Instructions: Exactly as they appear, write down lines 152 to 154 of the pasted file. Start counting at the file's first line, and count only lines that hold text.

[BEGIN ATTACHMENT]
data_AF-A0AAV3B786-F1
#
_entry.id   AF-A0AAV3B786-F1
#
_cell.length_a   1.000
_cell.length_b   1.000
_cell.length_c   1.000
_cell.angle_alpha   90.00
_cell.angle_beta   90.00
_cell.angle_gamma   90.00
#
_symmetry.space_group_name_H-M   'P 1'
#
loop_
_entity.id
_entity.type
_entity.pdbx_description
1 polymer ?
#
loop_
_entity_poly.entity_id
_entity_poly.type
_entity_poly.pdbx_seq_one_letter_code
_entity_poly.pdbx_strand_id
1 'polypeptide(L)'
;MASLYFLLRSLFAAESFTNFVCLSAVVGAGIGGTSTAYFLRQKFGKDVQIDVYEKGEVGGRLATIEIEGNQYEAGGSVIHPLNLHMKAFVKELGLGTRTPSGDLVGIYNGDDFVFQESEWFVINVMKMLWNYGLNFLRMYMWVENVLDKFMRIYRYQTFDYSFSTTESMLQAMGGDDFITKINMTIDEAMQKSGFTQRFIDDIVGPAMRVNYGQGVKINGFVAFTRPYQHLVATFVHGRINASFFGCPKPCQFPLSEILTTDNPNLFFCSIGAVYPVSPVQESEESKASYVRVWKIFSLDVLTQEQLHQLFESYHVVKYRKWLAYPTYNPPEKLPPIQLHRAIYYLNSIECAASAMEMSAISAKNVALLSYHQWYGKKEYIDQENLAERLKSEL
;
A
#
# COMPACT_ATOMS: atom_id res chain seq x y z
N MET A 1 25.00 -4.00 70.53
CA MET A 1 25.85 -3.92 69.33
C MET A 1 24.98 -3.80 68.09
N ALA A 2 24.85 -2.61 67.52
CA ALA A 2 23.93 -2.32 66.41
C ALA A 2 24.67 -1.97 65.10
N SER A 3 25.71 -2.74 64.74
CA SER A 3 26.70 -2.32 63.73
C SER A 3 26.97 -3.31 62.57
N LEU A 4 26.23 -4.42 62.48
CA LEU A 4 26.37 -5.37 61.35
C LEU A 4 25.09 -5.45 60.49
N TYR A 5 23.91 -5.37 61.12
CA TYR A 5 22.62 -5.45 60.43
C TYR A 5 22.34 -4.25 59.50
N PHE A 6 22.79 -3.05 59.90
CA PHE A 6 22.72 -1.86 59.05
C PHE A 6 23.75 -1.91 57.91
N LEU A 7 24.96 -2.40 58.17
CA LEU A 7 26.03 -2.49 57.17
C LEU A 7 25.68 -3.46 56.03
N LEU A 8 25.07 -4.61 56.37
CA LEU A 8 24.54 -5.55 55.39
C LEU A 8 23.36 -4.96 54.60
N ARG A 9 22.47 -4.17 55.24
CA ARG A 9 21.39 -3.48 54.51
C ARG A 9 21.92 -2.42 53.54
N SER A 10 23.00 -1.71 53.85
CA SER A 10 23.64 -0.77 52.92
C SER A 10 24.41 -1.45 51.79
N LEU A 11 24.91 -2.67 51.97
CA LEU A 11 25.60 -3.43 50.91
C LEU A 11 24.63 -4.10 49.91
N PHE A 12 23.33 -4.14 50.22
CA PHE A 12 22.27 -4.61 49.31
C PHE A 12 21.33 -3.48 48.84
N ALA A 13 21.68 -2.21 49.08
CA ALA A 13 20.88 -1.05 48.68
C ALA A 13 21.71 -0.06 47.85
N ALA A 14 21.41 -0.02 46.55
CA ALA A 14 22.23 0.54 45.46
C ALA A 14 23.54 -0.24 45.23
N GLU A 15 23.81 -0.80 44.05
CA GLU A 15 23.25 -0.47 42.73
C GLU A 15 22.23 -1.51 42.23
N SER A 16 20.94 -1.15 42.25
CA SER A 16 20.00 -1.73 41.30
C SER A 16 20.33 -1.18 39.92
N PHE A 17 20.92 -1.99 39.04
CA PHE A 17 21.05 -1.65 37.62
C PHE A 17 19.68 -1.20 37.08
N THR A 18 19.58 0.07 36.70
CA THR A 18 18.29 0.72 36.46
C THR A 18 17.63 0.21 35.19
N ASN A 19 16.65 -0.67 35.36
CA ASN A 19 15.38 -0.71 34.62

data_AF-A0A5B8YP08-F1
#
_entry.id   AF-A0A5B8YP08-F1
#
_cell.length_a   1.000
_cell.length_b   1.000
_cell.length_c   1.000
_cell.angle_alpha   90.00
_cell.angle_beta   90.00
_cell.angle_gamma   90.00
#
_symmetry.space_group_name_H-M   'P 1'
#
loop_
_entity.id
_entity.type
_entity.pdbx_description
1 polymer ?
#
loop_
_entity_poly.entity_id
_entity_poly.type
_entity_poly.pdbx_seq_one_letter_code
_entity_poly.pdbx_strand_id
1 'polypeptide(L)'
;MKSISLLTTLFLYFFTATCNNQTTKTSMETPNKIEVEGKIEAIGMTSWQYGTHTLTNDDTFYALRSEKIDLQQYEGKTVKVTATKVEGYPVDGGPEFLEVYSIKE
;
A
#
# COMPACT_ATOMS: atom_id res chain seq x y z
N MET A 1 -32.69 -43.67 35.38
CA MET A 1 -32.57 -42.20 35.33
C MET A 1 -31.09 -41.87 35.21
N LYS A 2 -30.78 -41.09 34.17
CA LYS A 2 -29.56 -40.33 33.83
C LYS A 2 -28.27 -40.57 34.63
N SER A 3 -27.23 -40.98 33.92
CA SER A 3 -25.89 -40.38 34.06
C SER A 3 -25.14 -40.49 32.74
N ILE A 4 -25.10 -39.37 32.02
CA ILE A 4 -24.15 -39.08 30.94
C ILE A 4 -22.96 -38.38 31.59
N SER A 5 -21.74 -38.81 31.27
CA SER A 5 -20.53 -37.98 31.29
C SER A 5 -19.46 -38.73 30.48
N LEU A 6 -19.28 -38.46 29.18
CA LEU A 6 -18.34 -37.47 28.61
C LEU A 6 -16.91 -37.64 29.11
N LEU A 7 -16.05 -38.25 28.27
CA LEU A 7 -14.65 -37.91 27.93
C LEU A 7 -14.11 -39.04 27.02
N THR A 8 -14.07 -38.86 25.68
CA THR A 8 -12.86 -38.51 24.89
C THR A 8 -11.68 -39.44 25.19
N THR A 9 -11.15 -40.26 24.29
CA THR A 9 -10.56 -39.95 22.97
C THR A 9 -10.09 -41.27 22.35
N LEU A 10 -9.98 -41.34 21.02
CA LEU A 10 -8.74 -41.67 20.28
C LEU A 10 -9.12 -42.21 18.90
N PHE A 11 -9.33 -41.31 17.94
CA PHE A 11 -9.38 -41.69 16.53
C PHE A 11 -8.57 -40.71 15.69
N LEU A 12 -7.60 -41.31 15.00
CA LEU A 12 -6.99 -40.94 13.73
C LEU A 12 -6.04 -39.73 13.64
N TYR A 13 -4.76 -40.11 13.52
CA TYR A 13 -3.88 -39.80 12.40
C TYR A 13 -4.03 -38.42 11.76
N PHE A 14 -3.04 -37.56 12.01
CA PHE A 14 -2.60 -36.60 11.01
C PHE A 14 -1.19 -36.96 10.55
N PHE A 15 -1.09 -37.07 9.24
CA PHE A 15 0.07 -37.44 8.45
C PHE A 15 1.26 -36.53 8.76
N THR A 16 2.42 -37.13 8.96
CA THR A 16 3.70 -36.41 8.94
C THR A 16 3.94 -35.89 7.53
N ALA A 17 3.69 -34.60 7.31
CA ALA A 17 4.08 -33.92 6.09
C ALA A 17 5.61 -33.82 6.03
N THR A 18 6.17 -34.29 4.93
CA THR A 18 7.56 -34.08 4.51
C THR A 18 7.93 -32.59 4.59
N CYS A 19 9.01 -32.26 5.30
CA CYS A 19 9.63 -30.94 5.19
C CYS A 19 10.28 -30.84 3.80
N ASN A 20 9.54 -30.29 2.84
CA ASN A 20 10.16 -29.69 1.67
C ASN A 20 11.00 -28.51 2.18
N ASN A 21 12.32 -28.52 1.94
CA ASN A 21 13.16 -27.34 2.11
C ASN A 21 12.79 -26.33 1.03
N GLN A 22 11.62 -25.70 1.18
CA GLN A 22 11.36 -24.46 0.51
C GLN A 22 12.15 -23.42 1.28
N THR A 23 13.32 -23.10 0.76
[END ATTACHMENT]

C LEU A 12 -6.04 -39.73 13.64
N TYR A 13 -4.76 -40.11 13.52
CA TYR A 13 -3.88 -39.80 12.40